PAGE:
TPIA (1953); ISAA (1953); ARIBA.
BArch (Witwatersrand); [unidentified degree] (Witwatersrand); [Unidentified degree} (Yale).
SWAAN was architect, photographer and art historian, prominent in hospital and medical science architecture, and known for his many books of architectural photography and art history
Born in South Africa, Swaan earned two degrees in architecture at Wits University and then worked in Johannesburg.
In 1959 he was recorded as resident at 'Dunrobin', 44 Joel Road, Berea, Johannesburg, member of the TIA, in the employ of Harold H LE ROITH & Partners of Washington house 68a Commissioner Street, Johannesburg.
Thereafter he studied at Yale University and later became a citizen of the USA in 1968.
Chipkin (2008:379) reminisces on those who influenced him:
There was a third category of architects like Wim SWAAN and Maurice KAPLAN (a neighbour of Wibo ZWART) who were seduced not only by Brazil but by the pictorial qualities of indigenous homesteads, as re-discovered by Barrie BIERMANN and Betty SPENCE in their seminal portrayal of Ndebele architecture in the Architectural Review (1954), ...
SWAAN enjoyed distinguished dual careers, designing many important medical facilities and had 18 books published on the subject of art and architecture, for which he took the photographs.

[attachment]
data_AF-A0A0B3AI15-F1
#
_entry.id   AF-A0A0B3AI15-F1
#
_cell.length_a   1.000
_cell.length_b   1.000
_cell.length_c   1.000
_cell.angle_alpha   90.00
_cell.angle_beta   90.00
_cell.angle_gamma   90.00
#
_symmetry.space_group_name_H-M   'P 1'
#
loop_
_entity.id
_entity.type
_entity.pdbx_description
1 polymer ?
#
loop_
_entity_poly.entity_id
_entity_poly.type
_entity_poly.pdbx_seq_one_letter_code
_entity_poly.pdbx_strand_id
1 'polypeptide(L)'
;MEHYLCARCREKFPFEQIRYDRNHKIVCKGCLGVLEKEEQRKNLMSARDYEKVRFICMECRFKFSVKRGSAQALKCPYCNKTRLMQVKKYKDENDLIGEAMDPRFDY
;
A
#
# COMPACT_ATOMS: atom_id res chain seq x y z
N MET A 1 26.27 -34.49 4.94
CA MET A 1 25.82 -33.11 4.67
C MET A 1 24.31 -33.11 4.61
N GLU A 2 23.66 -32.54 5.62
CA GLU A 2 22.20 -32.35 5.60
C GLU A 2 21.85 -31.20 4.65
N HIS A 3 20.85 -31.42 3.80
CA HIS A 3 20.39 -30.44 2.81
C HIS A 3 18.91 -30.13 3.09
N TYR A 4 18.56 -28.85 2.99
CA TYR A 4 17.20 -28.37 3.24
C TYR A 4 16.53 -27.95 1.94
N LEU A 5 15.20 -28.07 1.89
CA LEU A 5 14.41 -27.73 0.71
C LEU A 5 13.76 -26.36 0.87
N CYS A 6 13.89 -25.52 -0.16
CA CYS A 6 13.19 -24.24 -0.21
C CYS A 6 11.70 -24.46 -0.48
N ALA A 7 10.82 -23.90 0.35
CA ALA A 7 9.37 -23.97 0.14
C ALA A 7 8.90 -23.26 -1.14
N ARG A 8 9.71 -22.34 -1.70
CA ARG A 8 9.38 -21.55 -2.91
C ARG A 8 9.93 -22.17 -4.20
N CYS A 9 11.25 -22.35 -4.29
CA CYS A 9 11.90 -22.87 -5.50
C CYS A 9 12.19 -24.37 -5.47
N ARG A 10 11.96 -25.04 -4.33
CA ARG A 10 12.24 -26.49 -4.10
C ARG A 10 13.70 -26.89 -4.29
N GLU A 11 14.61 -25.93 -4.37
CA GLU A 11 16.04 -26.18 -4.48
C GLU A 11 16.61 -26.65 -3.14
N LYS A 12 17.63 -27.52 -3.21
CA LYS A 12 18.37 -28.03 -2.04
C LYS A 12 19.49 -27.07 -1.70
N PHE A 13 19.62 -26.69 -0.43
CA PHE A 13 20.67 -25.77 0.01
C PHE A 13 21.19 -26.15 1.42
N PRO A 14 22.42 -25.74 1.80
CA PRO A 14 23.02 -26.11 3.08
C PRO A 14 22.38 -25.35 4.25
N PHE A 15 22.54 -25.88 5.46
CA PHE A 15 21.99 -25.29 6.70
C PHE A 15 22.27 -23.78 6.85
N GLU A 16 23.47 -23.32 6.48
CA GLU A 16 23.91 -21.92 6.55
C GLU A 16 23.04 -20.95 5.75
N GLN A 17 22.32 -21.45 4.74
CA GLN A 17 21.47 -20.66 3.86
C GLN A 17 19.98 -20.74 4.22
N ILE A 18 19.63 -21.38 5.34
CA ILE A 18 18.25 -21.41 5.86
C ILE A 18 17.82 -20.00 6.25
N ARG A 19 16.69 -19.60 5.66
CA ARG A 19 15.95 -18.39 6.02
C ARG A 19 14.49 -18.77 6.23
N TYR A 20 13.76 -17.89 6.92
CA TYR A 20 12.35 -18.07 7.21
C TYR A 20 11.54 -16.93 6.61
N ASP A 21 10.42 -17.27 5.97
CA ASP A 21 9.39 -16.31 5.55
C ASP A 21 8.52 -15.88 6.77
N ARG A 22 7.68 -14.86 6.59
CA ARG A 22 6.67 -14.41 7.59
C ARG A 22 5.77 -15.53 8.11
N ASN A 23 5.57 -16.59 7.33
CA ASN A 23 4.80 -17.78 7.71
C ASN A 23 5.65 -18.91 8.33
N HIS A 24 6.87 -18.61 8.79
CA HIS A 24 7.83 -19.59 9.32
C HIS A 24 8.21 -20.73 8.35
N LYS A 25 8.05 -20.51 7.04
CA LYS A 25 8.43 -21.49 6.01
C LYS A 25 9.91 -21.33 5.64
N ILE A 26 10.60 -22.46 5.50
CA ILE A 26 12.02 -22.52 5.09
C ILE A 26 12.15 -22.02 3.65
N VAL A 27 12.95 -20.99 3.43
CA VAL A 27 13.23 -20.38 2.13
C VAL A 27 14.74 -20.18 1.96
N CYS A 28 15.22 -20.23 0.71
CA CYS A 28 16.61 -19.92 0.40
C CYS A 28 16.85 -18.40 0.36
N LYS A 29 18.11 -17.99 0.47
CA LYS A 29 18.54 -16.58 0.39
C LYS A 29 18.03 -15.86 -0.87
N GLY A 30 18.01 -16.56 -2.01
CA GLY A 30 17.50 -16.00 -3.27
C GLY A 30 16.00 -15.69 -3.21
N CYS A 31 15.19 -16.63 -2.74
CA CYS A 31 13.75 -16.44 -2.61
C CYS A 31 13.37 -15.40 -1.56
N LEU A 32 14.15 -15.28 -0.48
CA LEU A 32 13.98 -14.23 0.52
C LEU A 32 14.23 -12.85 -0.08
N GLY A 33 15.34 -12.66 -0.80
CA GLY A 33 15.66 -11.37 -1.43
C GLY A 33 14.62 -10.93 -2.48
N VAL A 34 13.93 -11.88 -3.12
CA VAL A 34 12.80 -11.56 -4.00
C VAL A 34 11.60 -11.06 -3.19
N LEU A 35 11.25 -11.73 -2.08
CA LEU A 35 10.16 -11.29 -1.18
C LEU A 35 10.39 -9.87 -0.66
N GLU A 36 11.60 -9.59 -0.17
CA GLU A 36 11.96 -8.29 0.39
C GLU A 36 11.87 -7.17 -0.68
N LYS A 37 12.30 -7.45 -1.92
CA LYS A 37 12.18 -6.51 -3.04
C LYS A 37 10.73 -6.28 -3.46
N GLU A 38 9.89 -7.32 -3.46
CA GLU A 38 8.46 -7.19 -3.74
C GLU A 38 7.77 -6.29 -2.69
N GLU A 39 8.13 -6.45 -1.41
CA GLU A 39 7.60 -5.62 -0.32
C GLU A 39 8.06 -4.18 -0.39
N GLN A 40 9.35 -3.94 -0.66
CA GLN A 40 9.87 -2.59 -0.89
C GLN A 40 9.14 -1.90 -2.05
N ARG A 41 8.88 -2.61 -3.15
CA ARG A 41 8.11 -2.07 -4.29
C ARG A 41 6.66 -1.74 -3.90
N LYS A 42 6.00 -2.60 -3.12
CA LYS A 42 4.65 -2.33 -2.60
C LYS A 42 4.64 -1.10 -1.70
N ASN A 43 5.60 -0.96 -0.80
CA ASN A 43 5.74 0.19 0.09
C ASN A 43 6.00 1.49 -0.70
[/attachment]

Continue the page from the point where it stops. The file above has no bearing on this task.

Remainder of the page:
In 1994 SWAAN retired from the firm of Architecture For Health Science and Commerce (AHSC, a leader in architecture for medical facilities and laboratories) in Tarrytown, New York, where he was a senior vice-president and director of design. He was known for creating aesthetic solutions in spatial proportions, particularly in public areas, and for designing facades that overcame constrictions and awkward structural formations.
He died at the age of 68 at Columbia Presbyterian Hospital in New York.
[adapted from an obituary by Orman, Alan. Wim Swaan (1927-1995) in SA Architect, Nov/Dec, 1995. p. 6.]
All truncated references not fully cited in 'References' are those of Joanna Walker's original text and cited in full in the 'Bibliography' entry of the Lexicon.